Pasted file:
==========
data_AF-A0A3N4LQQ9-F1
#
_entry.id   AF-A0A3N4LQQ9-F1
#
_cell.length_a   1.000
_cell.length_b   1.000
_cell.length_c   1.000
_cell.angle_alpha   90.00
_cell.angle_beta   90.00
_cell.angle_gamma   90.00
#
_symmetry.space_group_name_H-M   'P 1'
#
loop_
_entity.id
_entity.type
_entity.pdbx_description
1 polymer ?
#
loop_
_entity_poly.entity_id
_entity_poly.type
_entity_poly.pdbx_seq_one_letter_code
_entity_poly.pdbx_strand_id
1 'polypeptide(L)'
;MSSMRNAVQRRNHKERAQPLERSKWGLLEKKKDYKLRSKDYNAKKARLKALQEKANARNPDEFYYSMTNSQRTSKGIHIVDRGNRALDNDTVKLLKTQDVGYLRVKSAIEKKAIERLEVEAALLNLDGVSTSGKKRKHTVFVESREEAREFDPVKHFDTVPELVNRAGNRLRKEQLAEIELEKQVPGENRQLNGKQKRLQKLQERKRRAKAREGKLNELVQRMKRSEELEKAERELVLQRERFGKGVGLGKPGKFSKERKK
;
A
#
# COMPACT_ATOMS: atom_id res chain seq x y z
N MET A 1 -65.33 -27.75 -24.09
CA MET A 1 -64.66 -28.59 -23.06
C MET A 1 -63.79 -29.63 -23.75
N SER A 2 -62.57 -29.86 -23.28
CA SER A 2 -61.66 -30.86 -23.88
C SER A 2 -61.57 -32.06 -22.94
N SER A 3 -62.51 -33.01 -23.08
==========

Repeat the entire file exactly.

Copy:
data_AF-A0A3N4LQQ9-F1
#
_entry.id   AF-A0A3N4LQQ9-F1
#
_cell.length_a   1.000
_cell.length_b   1.000
_cell.length_c   1.000
_cell.angle_alpha   90.00
_cell.angle_beta   90.00
_cell.angle_gamma   90.00
#
_symmetry.space_group_name_H-M   'P 1'
#
loop_
_entity.id
_entity.type
_entity.pdbx_description
1 polymer ?
#
loop_
_entity_poly.entity_id
_entity_poly.type
_entity_poly.pdbx_seq_one_letter_code
_entity_poly.pdbx_strand_id
1 'polypeptide(L)'
;MSSMRNAVQRRNHKERAQPLERSKWGLLEKKKDYKLRSKDYNAKKARLKALQEKANARNPDEFYYSMTNSQRTSKGIHIVDRGNRALDNDTVKLLKTQDVGYLRVKSAIEKKAIERLEVEAALLNLDGVSTSGKKRKHTVFVESREEAREFDPVKHFDTVPELVNRAGNRLRKEQLAEIELEKQVPGENRQLNGKQKRLQKLQERKRRAKAREGKLNELVQRMKRSEELEKAERELVLQRERFGKGVGLGKPGKFSKERKK
;
A
#
# COMPACT_ATOMS: atom_id res chain seq x y z
N MET A 1 -65.33 -27.75 -24.09
CA MET A 1 -64.66 -28.59 -23.06
C MET A 1 -63.79 -29.63 -23.75
N SER A 2 -62.57 -29.86 -23.28
CA SER A 2 -61.66 -30.86 -23.88
C SER A 2 -61.57 -32.06 -22.94
N SER A 3 -62.51 -33.01 -23.08